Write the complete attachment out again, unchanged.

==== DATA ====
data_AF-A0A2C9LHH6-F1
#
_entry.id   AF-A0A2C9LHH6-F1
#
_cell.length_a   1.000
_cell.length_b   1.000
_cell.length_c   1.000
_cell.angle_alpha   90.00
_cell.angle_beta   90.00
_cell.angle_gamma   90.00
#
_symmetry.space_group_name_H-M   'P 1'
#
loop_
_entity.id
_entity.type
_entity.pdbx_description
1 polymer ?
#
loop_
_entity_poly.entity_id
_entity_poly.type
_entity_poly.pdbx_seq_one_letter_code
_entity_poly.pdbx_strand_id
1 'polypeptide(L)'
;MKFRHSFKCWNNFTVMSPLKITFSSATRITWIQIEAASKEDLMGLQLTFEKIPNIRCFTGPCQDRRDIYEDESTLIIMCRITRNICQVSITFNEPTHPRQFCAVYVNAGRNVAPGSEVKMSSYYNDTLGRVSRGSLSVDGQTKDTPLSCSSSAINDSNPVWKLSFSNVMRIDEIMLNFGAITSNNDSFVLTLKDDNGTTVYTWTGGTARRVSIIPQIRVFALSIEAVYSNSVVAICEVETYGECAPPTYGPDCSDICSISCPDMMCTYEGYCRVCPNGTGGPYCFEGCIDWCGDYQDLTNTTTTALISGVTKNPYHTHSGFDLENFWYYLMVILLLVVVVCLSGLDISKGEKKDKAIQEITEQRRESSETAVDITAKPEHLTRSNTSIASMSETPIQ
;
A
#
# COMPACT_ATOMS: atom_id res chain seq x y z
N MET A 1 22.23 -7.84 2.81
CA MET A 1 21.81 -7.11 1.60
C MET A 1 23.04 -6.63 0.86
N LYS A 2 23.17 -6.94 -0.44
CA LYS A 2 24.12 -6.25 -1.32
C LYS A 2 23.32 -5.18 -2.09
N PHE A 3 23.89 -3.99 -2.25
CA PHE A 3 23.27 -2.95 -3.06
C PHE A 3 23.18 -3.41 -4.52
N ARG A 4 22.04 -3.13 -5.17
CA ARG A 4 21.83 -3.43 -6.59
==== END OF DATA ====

data_AF-A0A2C9LHH6-F1
#
_entry.id   AF-A0A2C9LHH6-F1
#
_cell.length_a   1.000
_cell.length_b   1.000
_cell.length_c   1.000
_cell.angle_alpha   90.00
_cell.angle_beta   90.00
_cell.angle_gamma   90.00
#
_symmetry.space_group_name_H-M   'P 1'
#
loop_
_entity.id
_entity.type
_entity.pdbx_description
1 polymer ?
#
loop_
_entity_poly.entity_id
_entity_poly.type
_entity_poly.pdbx_seq_one_letter_code
_entity_poly.pdbx_strand_id
1 'polypeptide(L)'
;MKFRHSFKCWNNFTVMSPLKITFSSATRITWIQIEAASKEDLMGLQLTFEKIPNIRCFTGPCQDRRDIYEDESTLIIMCRITRNICQVSITFNEPTHPRQFCAVYVNAGRNVAPGSEVKMSSYYNDTLGRVSRGSLSVDGQTKDTPLSCSSSAINDSNPVWKLSFSNVMRIDEIMLNFGAITSNNDSFVLTLKDDNGTTVYTWTGGTARRVSIIPQIRVFALSIEAVYSNSVVAICEVETYGECAPPTYGPDCSDICSISCPDMMCTYEGYCRVCPNGTGGPYCFEGCIDWCGDYQDLTNTTTTALISGVTKNPYHTHSGFDLENFWYYLMVILLLVVVVCLSGLDISKGEKKDKAIQEITEQRRESSETAVDITAKPEHLTRSNTSIASMSETPIQ
;
A
#
# COMPACT_ATOMS: atom_id res chain seq x y z
N MET A 1 22.23 -7.84 2.81
CA MET A 1 21.81 -7.11 1.60
C MET A 1 23.04 -6.63 0.86
N LYS A 2 23.17 -6.94 -0.44
CA LYS A 2 24.12 -6.25 -1.32
C LYS A 2 23.32 -5.18 -2.09
N PHE A 3 23.89 -3.99 -2.25
CA PHE A 3 23.27 -2.95 -3.06
C PHE A 3 23.18 -3.41 -4.52
N ARG A 4 22.04 -3.13 -5.17
CA ARG A 4 21.83 -3.43 -6.59